Everything before and after that was worth it just to 'see' that scene.

l1soul
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Sorry to double post, but I just thought of Ursula LeGuin's novels. Some are Sci/fi some are Fantasy and some are a mix. You'll find it hard to beat the Earth/Sea stories, 'The Wind's Twelve Quarters' (Fantasy), 'The Lathe of Heaven' and 'The Word for World is Forest'(mostly sci/fi and among my favorite books of all time), and 'Rocannon's(sp?) world' (mix). I can't think of a book she's has written that I have read that really disappointed me. They are all great fun, and most are very insightful.

Enjoy.

l1soul


I was going to suggest anything by Ursula LeGuin too but particularly the EarthSea Quartet.

I guess you are already aware of the "Magician" series by Raymond Feist?

The Terry Goodkind series beginning with "Wizard's First Rule" is well written but contains rather too much graphic and prolonged violence for me. (in the same way that the SF books by Iain M. Banks do).

TK
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The Terry Goodkind series beginning with "Wizard's First Rule" is well written but contains rather too much graphic and prolonged violence for me.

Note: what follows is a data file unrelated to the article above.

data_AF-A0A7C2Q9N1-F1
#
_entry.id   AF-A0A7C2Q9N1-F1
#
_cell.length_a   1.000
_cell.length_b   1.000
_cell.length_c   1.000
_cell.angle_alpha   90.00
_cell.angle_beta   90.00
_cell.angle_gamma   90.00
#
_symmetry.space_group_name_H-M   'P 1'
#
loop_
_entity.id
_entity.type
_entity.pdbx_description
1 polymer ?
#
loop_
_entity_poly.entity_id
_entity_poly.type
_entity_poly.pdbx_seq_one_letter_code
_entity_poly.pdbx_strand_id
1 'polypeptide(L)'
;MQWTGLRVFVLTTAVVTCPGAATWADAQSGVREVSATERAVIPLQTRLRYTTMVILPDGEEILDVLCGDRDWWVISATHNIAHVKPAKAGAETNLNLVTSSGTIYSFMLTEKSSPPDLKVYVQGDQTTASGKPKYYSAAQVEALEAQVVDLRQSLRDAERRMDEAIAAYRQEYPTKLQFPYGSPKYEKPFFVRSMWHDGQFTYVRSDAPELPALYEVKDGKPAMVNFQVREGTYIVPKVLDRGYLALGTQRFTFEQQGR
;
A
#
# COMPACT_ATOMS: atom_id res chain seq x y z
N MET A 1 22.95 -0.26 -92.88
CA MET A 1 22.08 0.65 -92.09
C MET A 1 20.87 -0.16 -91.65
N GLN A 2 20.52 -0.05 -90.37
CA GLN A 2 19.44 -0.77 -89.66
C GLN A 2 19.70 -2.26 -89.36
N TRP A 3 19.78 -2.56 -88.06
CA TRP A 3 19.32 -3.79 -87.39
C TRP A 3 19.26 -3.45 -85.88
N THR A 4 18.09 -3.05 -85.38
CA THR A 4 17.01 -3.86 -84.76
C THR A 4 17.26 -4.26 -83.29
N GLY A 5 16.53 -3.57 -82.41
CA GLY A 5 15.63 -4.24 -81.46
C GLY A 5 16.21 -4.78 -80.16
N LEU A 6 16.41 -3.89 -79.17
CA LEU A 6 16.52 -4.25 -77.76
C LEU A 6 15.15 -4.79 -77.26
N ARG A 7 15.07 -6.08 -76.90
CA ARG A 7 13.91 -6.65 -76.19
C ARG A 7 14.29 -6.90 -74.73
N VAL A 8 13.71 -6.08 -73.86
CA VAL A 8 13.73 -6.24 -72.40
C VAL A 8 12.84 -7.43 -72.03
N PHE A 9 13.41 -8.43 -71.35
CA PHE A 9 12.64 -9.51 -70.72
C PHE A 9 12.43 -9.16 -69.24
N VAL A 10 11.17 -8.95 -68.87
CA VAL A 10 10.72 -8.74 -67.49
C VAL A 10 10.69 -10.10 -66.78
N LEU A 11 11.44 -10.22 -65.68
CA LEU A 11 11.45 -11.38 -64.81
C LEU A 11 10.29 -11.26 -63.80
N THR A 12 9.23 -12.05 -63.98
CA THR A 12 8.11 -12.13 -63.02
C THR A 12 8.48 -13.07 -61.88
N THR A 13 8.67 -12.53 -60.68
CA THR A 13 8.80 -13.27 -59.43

Anyone read the latest in Goodkind's "Sword of Truth" series, Faith of the Fallen? I followed the first five and picked it up last week for vacation reading. I was amused to discover that apparently, Mr. Goodkind has been immersing himself in the philsophical writing of Ayn Rand, since his characters in the sixth book tend to channel John Galt from Atlas Shrugged most of the time. What I found irksome was no suggestion anywhere in the book that this philosophy was not Mr. Goodkind's personal thoughts but the thoughts of another. The dialogue of Mr. Goodkind's characters was almost verbatim from Ayn Rand's works. I find this questionably close to plagerism.

From the ending, we have at least one more book in this series to which we can look forward.

Moonglade
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I gave up on Goodkind after, I think, the fourth book. It seemed to me that the series was getting rather strange while not leading anywhere.

I have given up on fantasy in general, for the most part, this tendency to write series with five or seven or ten books is a bad idea, IMHO, nobody can keep up the quality of the books over such a long stretch (and don't even get me STARTED on Robert Jordan, lol).